Days Needs a New Villain
At left: Joe Mascolo as Massimo on B&B,
former Stefano, DOOL
Days of Our Lives has always been campy. That’s one of the reasons we tune in -- we know what to expect. But lately, knowing what to expect is part of the problem.
When after months of rumors, the nine victims of the Salem Stalker, plus Victor Kiriakis, turned up on the island of New Salem, at first it was intriguing.
Not only was it great to see our beloved characters alive and well, but we were curious as to why none of them except Tony had scars from their gruesome and violent demises. We also wondered how it was possible for Victor to end up with the others, when he had been murdered in his bathtub by Jan and Nicole, and not a victim of the Salem Stalker like everyone else. We eagerly awaited clues for answers to these questions, and to learn who was behind their predicament.
So far, the clues have been disappointing: A shadowy figure following Kate and John with the apparent intention of getting them together romantically. Patrick’s mysterious boss and his not knowing Jack. And most recently, with the reveal that Tony sabotaged the other residents’ attempt at communication to get off the island, the fingers are starting to point in one direction -- Stefano DiMera.
And of course, as any well informed viewer knows, Days “lent” Lauren Koslow (Kate) to The Bold and the Beautiful last year, and Days has yet to act on its half of the deal -- bringing back Joe Mascolo (currently employed by B&B) as Stefano. There seems to be little doubt that Stefano will surface sooner or later either in Salem or New Salem.
Days head writer, James E. Reilly, is known for his off the wall storytelling. This is the man who wrote the infamous Marlena possessed by the devil storyline, buried Carly alive, and created Passions. If anyone is original, it’s certainly him. But this current story lacks suspense and is anything but original. Following on the heels of the buildup and hype leading to the reveal that Marlena was the serial killer, the aftermath has been a real letdown.
One can only hope that Reilly is leading us down this predictable path, only to surprise us with a twist that will shake everything up and lead us in an entirely new direction. That would be the Reilly we know and love.
To think that Stefano and/or Tony had anything to do with this nefarious plot is truly a slap in the face to all involved, viewers and actors alike. After all, how many times can one man rise from the dead, even if he is the Phoenix?
Jacob Young Takes JR to New Depths
At Right, Eden Riegel (Bianca, AMC) with Jacob Young (JR, AMC) from an episode that airs the week of August 9, 2004
Who can remember any of the actors who have played Adam and Dixie’s son, JR, on All My Children (with the possible exception of Jesse McCartney as a young JR a few years back)? None have left their mark -- until now.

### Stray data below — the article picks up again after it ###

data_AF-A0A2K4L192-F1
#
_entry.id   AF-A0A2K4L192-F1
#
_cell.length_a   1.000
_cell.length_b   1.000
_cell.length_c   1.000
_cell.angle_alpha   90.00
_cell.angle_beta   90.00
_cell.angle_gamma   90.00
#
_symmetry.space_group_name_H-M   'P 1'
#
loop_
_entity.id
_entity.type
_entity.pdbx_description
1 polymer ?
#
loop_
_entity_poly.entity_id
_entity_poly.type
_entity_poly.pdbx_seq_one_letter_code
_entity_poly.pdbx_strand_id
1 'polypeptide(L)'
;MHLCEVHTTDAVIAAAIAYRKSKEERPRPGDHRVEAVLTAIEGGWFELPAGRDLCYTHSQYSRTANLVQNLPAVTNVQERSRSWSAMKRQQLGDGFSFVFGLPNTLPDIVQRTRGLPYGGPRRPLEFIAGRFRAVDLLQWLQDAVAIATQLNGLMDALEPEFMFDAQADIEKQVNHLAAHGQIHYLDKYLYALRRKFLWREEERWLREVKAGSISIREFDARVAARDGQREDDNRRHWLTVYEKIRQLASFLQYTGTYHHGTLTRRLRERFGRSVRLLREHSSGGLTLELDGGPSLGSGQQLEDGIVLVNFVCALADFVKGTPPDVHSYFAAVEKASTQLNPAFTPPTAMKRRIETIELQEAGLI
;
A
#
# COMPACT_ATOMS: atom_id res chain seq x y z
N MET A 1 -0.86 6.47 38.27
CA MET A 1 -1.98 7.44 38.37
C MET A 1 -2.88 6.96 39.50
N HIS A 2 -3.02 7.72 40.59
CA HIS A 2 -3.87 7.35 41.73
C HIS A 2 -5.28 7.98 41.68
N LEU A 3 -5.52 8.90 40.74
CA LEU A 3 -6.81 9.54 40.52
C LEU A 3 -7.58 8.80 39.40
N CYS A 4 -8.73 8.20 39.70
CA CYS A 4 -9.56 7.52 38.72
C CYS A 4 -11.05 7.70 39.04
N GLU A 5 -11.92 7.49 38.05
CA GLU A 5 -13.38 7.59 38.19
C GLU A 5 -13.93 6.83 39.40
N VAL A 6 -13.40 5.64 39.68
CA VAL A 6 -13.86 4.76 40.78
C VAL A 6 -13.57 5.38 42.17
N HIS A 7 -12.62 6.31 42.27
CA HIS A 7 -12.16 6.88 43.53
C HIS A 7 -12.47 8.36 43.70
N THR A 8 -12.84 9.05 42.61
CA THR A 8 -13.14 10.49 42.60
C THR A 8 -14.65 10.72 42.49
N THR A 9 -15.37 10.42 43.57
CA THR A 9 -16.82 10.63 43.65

Jacob Young is a revelation as JR Chandler. Sure, he had turns as nice guy Rick Forrester on The Bold and the Beautiful, and even won an Emmy as the slightly more complex Lucky Spencer on General Hospital, but he didn’t own those roles like he owns JR.
When Young debuted on AMC in September 2003, JR was still being written as a loveable, sweet guy. He was the very progeny of his mother Dixie, and not the spawn of his father, Adam. However, when JR learned that his adoring wife Babe had lied to him yet again, and that their marriage wasn’t legal, something in him snapped.
Thanks to Young’s masterful portrayal, viewers were able to detect the exact moment JR’s feelings changed, just by looking in his eyes. Ever since JR learned the truth, all of the light has gone out of his eyes, and all that is left is the cold, vacant stare of a man who no longer cares about anything except revenge. JR has morphed into Adam right in front of us.
Young’s own eyes are so powerful and expressive (or in this case blank and unexpressive) that references to them have been included in the dialogue. JR’s brother Jamie often refers to JR having a look in his eyes that means he is lying.
Young’s JR postures and preens like a bantam rooster strutting its stuff. He is the very essence of a boy trying to become a man by emulating his father. In a less capable actor’s hands, JR’s sudden transformation would not be believable. But watching Young’s JR with Adam, plotting and scheming to remove Babe from their lives in order for JR to have custody of Bess, is like watching a throwback to Adam having Dixie locked up in a mental hospital so he could have JR. Adam has always treated his children like just another business acquisition, so is it any wonder that the apple doesn’t fall far from the tree?. The scenario is all the more plausible considering Dixie isn’t around to serve as JR’s moral compass.
Young’s scenes with David Canary’s Adam have been electric. The two actors feed off of one-another, gleefully chewing up and spitting out the scenery. They are co-conspirators in every sense of the word.
What makes this story all the more remarkable is that the viewer knows what lies ahead. We know that Bess is not JR’s daughter, and we eagerly anticipate the fallout when he learns the truth. The cocky boy-man will have his bubble burst, and in Young’s capable hands, JR’s inevitable anger and anguish will be nothing short of gut wrenching. Even though you find yourself rooting for JR to get his comeuppance, when the story switches gears to this pivotal point, we might find ourselves actually feeling sorry for him. After all, he is just a product of his environment, so who can really blame him?
And for this we have Jacob Young to thank for breathing new life into a role that was going nowhere.
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